When we first met, you were fifty-three,
And not yet retired from ploughing;
Still, your itch to get out was stronger
Than the bite of briers or holly,
And the 2-for-1 gloves strong enough.
Called in from the garden, you sank
Into the sofa, a green velour piece
That needed no breaking in, steeped
As it was in smoke and grit;
You immediately felt at home.
Beside your son, stoicism failed.
You experienced his joy and purpose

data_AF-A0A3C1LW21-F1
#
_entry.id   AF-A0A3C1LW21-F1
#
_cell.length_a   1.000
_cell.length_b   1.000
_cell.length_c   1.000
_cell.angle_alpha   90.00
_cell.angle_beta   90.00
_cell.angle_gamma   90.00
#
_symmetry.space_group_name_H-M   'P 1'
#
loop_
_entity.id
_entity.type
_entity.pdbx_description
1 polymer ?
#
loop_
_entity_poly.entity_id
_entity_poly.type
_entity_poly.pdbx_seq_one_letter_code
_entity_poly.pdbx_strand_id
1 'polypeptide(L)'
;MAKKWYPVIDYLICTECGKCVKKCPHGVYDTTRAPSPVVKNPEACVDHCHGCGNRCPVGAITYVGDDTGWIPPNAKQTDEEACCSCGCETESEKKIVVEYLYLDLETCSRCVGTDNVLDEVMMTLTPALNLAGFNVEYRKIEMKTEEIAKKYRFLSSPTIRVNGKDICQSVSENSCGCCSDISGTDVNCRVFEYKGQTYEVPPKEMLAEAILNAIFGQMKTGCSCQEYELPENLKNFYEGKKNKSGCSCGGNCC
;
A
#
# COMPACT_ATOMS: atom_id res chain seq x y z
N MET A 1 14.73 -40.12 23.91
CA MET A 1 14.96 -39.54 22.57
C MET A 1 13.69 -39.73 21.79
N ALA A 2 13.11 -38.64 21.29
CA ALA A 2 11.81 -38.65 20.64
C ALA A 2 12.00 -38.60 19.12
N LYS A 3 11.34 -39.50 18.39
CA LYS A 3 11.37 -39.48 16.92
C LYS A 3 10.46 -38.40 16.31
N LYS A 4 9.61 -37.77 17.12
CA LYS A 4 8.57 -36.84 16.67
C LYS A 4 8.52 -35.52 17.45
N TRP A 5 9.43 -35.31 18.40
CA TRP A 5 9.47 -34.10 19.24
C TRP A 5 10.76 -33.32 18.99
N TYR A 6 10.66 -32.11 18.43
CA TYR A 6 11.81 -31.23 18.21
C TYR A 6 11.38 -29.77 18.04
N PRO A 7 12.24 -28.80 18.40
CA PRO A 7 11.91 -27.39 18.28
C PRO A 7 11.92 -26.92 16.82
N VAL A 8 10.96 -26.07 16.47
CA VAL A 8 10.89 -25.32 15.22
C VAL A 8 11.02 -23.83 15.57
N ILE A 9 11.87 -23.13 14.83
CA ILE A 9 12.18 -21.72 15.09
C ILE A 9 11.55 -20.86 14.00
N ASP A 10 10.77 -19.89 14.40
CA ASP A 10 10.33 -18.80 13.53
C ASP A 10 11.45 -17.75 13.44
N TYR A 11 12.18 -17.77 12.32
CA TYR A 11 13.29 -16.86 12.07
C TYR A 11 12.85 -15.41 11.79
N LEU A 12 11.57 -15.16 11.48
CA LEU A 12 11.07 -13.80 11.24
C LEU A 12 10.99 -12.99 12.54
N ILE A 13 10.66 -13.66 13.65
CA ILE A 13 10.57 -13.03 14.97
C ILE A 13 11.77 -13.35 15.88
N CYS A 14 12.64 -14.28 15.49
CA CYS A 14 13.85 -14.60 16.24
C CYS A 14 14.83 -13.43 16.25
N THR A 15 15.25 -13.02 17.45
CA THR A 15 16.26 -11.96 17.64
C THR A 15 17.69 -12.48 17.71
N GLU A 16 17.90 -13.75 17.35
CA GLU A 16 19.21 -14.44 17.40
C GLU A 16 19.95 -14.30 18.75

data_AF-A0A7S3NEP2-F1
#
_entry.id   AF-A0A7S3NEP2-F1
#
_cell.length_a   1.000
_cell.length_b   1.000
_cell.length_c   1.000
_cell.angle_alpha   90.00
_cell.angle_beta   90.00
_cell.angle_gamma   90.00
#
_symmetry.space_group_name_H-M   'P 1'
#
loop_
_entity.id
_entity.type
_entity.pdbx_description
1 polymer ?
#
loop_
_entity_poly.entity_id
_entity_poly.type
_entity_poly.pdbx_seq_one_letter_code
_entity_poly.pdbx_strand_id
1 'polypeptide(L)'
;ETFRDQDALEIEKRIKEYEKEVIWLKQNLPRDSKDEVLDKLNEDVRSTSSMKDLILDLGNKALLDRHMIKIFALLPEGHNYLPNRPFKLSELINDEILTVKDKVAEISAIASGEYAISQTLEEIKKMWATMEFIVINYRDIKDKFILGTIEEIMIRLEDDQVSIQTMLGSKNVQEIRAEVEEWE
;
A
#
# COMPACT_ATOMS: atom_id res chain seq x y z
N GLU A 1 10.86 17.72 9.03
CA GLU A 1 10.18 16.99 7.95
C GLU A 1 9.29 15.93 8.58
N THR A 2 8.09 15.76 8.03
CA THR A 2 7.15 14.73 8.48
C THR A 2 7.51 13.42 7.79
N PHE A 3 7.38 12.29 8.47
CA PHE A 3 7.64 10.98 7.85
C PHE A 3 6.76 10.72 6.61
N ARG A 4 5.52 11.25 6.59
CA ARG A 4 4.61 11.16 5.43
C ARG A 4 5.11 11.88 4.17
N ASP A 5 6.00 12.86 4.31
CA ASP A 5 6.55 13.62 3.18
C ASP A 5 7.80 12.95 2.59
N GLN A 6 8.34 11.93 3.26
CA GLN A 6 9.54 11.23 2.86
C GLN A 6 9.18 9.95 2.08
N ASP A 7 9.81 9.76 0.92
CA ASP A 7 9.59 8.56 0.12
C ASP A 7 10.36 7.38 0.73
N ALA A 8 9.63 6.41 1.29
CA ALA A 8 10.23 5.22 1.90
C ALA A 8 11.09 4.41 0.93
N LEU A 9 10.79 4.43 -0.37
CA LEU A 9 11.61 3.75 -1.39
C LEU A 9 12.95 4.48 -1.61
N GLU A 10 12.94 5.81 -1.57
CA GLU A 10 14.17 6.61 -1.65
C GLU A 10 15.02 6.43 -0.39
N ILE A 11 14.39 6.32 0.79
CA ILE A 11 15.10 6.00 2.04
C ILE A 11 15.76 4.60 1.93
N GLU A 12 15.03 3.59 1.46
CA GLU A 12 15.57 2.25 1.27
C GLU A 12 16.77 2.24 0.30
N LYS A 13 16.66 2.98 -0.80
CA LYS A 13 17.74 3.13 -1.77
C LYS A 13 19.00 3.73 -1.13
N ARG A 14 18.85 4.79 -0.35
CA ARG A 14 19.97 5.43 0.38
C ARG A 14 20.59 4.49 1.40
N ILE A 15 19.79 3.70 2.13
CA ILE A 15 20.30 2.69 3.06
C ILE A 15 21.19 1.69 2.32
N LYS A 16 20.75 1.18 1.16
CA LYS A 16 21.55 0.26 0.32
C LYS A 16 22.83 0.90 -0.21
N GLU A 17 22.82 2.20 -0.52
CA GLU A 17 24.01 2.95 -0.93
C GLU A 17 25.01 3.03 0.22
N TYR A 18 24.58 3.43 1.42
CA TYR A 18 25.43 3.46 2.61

As one, loving me like it was 1969,
Back when pastels were for babies,
And also for everyone else.
Once held, I met your gaze, hoping
To uncover something borrowed,
Myself reflected in your blue,
And found proof that eye color
Can skip a generation, or two.
My other inheritances include:
Your quietude in conversation,
How you walked the periphery
Of the pool, before jumping in
Good humor to ripple the room.
Your special consideration of lilies
And Queen Anne’s lace,
How you saw her in everything
That she would have loved,
And each time fell to pieces.
Your indelible softness.
How you mellowed with age,
They say, like Jell-O, or a plum
In the sun – a prune? Wrinkled,
Yes, but stronger for it.
When we last met, you were seventy-three,
And not yet retired from ploughing.